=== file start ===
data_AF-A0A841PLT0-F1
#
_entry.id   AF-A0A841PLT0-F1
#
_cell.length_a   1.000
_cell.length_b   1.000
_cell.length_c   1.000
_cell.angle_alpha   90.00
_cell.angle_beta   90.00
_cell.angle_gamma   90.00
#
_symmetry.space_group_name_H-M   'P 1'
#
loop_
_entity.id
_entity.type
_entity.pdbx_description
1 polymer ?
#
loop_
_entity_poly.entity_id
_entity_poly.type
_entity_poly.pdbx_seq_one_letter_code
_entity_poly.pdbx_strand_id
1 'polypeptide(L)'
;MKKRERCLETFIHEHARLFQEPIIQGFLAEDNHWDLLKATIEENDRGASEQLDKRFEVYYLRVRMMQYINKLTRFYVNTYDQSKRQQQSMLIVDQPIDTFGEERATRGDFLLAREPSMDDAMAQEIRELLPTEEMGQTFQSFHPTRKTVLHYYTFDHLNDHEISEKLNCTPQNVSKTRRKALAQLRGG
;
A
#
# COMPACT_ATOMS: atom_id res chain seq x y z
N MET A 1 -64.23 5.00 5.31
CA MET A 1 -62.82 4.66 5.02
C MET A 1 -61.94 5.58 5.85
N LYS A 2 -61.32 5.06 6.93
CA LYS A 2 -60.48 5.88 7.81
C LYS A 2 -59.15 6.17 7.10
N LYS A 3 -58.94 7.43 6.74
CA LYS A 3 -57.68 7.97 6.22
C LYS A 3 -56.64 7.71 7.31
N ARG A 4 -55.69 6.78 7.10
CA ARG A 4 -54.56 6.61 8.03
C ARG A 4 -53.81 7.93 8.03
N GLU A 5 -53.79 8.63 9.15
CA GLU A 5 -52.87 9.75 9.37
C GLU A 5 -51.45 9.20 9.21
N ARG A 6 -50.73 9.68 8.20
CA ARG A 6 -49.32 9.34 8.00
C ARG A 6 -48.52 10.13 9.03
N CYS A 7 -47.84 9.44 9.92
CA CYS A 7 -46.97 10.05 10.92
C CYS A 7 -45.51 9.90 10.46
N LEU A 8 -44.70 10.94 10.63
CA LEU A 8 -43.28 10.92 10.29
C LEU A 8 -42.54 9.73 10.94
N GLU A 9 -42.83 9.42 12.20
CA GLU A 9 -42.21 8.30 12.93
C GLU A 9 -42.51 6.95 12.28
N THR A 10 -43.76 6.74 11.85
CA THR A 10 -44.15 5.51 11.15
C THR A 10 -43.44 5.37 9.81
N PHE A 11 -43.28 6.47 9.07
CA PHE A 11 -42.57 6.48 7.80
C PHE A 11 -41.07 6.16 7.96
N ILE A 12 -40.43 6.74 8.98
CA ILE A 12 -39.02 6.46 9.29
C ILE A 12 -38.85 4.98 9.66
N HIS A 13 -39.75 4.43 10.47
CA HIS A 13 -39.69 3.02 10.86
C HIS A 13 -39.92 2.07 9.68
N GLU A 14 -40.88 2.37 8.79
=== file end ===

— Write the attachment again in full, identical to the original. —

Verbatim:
data_AF-A0A841PLT0-F1
#
_entry.id   AF-A0A841PLT0-F1
#
_cell.length_a   1.000
_cell.length_b   1.000
_cell.length_c   1.000
_cell.angle_alpha   90.00
_cell.angle_beta   90.00
_cell.angle_gamma   90.00
#
_symmetry.space_group_name_H-M   'P 1'
#
loop_
_entity.id
_entity.type
_entity.pdbx_description
1 polymer ?
#
loop_
_entity_poly.entity_id
_entity_poly.type
_entity_poly.pdbx_seq_one_letter_code
_entity_poly.pdbx_strand_id
1 'polypeptide(L)'
;MKKRERCLETFIHEHARLFQEPIIQGFLAEDNHWDLLKATIEENDRGASEQLDKRFEVYYLRVRMMQYINKLTRFYVNTYDQSKRQQQSMLIVDQPIDTFGEERATRGDFLLAREPSMDDAMAQEIRELLPTEEMGQTFQSFHPTRKTVLHYYTFDHLNDHEISEKLNCTPQNVSKTRRKALAQLRGG
;
A
#
# COMPACT_ATOMS: atom_id res chain seq x y z
N MET A 1 -64.23 5.00 5.31
CA MET A 1 -62.82 4.66 5.02
C MET A 1 -61.94 5.58 5.85
N LYS A 2 -61.32 5.06 6.93
CA LYS A 2 -60.48 5.88 7.81
C LYS A 2 -59.15 6.17 7.10
N LYS A 3 -58.94 7.43 6.74
CA LYS A 3 -57.68 7.97 6.22
C LYS A 3 -56.64 7.71 7.31
N ARG A 4 -55.69 6.78 7.10
CA ARG A 4 -54.56 6.61 8.03
C ARG A 4 -53.81 7.93 8.03
N GLU A 5 -53.79 8.63 9.15
CA GLU A 5 -52.87 9.75 9.37
C GLU A 5 -51.45 9.20 9.21
N ARG A 6 -50.73 9.68 8.20
CA ARG A 6 -49.32 9.34 8.00
C ARG A 6 -48.52 10.13 9.03
N CYS A 7 -47.84 9.44 9.92
CA CYS A 7 -46.97 10.05 10.92
C CYS A 7 -45.51 9.90 10.46
N LEU A 8 -44.70 10.94 10.63
CA LEU A 8 -43.28 10.92 10.29
C LEU A 8 -42.54 9.73 10.94
N GLU A 9 -42.83 9.42 12.20
CA GLU A 9 -42.21 8.30 12.93
C GLU A 9 -42.51 6.95 12.28
N THR A 10 -43.76 6.74 11.85
CA THR A 10 -44.15 5.51 11.15
C THR A 10 -43.44 5.37 9.81
N PHE A 11 -43.28 6.47 9.07
CA PHE A 11 -42.57 6.48 7.80
C PHE A 11 -41.07 6.16 7.96
N ILE A 12 -40.43 6.74 8.98
CA ILE A 12 -39.02 6.46 9.29
C ILE A 12 -38.85 4.98 9.66
N HIS A 13 -39.75 4.43 10.47
CA HIS A 13 -39.69 3.02 10.86
C HIS A 13 -39.92 2.07 9.68
N GLU A 14 -40.88 2.37 8.79